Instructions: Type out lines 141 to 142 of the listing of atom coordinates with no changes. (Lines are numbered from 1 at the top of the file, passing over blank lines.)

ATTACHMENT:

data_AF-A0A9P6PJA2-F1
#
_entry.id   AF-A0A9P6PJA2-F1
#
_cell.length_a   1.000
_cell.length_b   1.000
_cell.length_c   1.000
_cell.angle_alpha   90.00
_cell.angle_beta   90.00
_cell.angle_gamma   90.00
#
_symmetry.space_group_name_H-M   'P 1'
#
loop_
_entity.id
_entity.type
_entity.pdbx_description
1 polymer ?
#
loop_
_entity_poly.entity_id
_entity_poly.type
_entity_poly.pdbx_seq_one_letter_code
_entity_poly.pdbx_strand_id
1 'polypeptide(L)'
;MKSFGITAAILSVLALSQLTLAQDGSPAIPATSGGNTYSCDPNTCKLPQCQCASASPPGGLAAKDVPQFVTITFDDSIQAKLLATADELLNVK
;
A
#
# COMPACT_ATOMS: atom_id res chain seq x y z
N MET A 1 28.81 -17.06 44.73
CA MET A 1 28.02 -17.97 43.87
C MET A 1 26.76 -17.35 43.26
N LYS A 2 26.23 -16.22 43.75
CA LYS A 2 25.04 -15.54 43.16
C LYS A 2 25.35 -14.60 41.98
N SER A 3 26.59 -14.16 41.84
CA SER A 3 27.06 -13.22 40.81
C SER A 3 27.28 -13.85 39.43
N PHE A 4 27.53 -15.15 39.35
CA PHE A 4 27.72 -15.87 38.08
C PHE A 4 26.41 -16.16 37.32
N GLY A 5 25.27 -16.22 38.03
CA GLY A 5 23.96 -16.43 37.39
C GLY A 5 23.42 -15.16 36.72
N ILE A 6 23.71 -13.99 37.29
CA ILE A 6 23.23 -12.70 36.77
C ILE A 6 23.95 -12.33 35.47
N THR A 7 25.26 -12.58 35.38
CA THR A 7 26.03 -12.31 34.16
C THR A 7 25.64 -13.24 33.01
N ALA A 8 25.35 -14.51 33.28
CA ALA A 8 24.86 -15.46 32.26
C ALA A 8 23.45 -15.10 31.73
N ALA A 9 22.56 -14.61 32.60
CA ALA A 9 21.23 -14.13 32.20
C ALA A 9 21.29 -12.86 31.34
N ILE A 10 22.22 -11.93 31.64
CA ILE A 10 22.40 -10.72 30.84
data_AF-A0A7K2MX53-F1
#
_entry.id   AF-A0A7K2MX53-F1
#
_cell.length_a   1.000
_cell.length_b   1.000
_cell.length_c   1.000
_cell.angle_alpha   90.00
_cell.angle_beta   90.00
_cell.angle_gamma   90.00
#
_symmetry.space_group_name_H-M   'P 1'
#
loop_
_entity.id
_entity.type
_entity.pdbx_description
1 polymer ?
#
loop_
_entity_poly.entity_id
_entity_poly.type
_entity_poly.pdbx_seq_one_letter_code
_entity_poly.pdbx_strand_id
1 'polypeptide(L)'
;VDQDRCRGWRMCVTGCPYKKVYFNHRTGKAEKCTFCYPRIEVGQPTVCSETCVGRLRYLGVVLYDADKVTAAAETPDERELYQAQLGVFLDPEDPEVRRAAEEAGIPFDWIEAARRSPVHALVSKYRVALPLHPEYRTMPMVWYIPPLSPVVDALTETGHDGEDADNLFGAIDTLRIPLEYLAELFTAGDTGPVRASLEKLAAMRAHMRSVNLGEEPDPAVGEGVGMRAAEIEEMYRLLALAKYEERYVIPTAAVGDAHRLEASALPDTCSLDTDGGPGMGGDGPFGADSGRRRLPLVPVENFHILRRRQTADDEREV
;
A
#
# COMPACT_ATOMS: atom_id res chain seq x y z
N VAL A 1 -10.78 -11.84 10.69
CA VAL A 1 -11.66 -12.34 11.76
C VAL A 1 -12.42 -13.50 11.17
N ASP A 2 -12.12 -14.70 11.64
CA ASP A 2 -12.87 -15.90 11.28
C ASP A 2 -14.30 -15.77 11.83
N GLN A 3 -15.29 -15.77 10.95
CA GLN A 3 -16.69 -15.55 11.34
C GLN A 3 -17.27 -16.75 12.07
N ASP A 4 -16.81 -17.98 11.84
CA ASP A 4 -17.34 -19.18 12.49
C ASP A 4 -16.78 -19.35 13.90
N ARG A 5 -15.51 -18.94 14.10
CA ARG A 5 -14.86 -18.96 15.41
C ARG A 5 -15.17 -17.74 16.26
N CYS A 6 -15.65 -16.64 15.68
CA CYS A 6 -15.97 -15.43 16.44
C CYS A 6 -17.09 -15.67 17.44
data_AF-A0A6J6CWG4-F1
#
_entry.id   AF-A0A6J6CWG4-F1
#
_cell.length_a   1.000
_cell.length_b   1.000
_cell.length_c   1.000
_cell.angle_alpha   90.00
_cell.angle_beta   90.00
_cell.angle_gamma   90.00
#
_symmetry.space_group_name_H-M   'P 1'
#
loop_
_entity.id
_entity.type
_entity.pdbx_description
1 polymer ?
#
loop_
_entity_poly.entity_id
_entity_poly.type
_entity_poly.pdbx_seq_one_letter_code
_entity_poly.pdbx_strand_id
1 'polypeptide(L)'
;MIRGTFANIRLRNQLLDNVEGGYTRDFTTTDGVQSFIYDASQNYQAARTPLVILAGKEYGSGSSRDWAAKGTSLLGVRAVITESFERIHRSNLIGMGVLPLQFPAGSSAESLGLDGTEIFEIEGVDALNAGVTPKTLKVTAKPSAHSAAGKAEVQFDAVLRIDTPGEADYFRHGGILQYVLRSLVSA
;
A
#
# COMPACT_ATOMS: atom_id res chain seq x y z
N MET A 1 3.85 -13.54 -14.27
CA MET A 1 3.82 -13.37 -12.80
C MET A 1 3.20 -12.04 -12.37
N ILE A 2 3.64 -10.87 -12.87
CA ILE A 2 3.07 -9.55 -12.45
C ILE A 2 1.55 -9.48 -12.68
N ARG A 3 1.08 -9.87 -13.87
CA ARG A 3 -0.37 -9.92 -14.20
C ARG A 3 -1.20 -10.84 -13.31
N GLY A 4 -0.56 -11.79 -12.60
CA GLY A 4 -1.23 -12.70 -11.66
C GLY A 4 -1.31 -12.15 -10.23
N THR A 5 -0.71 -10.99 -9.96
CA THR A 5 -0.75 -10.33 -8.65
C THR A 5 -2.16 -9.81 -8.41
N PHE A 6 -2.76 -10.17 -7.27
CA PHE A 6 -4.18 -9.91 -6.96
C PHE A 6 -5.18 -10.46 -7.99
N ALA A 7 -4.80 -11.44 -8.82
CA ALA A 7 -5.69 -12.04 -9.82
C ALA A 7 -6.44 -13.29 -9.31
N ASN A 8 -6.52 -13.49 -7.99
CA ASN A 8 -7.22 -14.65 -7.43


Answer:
N ILE A 2 3.64 -10.87 -12.87
CA ILE A 2 3.07 -9.55 -12.45